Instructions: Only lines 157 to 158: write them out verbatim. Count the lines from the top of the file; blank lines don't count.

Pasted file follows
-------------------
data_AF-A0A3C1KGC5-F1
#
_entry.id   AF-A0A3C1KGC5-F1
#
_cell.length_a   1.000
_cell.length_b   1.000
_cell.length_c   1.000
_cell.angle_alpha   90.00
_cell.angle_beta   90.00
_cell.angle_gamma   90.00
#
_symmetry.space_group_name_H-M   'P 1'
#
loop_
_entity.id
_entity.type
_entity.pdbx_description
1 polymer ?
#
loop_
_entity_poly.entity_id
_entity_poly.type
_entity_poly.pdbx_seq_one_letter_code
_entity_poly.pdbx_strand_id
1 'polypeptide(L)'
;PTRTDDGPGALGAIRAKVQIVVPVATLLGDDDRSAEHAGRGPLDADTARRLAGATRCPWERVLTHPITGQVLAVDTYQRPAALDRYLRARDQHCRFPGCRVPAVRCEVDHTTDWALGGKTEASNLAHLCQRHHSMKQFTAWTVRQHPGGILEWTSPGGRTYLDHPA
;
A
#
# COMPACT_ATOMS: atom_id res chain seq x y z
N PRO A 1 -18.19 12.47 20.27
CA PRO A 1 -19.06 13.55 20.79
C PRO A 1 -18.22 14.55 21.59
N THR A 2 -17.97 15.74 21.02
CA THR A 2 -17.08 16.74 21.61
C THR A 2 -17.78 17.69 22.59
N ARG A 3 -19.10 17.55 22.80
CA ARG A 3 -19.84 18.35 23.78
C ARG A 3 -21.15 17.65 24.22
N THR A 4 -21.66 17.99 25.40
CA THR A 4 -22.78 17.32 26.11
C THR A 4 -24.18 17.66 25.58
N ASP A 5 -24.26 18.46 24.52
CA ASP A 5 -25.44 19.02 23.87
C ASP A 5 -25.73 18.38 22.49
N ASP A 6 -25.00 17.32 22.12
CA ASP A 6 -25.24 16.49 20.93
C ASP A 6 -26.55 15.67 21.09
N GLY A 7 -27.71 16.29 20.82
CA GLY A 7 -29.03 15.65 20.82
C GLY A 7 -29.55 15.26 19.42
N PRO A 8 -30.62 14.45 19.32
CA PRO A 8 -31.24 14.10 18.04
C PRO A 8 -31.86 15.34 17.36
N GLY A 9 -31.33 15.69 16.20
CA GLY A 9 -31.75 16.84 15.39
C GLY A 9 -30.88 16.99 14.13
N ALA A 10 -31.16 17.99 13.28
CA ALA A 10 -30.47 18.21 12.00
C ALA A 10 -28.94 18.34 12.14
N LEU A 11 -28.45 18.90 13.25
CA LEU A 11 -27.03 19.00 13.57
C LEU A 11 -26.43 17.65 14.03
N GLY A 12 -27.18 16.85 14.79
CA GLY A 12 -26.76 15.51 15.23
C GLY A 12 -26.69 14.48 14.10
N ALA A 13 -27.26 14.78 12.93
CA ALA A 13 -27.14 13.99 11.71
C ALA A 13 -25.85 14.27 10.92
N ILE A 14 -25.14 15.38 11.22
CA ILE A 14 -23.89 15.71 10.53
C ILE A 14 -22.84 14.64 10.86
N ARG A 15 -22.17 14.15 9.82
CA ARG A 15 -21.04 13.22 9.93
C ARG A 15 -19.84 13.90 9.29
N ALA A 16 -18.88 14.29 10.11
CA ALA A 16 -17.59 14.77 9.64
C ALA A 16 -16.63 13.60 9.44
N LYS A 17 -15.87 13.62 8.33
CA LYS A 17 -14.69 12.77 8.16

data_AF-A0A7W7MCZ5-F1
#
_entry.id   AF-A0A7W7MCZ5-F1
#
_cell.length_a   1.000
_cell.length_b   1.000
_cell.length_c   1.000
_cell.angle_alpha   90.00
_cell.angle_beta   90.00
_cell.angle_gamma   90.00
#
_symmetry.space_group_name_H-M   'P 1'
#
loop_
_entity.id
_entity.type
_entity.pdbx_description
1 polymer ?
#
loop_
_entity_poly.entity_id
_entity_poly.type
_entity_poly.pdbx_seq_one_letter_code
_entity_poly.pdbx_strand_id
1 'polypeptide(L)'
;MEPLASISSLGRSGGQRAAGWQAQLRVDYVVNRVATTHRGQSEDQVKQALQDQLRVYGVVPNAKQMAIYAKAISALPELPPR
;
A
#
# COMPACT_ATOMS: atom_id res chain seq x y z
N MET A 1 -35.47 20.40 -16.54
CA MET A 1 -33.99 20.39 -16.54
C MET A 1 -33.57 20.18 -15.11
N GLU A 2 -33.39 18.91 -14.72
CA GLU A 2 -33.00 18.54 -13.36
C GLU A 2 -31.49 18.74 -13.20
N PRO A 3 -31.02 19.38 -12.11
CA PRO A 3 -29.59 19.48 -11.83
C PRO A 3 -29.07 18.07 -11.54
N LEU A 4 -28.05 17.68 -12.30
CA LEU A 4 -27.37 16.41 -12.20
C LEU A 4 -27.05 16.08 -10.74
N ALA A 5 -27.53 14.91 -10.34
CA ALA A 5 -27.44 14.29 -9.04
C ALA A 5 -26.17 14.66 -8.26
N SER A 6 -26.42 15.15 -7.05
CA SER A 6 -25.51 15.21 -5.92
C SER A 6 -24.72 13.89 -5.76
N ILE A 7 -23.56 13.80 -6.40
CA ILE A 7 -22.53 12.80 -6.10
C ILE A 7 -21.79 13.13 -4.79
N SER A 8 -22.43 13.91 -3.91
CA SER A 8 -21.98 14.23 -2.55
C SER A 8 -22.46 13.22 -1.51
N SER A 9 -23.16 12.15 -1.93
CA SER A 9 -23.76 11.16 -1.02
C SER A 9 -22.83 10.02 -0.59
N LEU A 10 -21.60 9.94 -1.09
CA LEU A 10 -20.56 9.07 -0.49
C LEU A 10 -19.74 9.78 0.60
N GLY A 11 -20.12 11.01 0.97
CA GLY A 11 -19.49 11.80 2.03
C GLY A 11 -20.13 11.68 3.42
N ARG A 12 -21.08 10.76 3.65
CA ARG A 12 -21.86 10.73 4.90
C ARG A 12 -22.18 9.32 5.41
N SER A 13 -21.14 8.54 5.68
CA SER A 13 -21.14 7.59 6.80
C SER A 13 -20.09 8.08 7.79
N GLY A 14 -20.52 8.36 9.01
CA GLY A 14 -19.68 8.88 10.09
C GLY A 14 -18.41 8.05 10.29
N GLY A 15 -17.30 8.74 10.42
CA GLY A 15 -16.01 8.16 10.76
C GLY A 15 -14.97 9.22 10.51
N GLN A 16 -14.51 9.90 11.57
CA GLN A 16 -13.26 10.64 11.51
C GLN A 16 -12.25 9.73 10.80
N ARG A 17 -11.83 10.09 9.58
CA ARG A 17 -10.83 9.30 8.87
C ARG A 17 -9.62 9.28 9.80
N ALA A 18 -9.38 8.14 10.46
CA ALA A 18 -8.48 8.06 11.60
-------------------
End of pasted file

CA GLN A 16 -13.26 10.64 11.51
C GLN A 16 -12.25 9.73 10.80